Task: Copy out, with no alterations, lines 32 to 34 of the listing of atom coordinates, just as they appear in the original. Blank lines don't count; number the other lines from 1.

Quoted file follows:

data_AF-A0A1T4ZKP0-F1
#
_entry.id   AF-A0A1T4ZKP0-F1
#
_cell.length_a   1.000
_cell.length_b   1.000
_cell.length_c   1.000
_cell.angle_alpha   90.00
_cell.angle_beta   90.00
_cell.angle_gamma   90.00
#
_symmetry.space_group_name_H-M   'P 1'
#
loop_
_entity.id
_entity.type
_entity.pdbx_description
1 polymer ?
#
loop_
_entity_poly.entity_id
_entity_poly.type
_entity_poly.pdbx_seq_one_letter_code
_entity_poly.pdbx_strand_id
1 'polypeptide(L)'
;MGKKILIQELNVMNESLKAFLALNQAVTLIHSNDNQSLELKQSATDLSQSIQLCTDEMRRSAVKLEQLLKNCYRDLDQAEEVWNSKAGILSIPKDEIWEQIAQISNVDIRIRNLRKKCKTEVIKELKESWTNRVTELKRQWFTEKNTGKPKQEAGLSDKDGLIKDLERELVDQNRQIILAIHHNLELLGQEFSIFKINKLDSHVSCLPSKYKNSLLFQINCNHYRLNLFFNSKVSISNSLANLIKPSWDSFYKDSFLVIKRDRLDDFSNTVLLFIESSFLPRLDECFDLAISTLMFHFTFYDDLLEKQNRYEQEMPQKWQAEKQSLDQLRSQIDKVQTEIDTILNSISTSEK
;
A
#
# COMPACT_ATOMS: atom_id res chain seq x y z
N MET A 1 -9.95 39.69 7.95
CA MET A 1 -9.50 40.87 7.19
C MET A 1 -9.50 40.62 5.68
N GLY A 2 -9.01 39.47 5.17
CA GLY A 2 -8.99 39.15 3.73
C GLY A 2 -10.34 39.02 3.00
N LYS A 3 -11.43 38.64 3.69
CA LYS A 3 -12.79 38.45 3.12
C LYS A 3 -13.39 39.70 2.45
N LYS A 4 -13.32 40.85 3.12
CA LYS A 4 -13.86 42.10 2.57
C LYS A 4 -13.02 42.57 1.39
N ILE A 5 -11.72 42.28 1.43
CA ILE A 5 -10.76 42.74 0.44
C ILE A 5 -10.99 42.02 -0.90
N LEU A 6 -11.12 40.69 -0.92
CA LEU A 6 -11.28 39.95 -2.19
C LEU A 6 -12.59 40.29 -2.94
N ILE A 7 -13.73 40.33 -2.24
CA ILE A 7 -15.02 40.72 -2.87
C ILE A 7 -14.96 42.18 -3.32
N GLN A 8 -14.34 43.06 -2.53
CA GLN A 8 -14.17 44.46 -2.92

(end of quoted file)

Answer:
CA MET A 1 -9.50 40.87 7.19
C MET A 1 -9.50 40.62 5.68
N GLY A 2 -9.01 39.47 5.17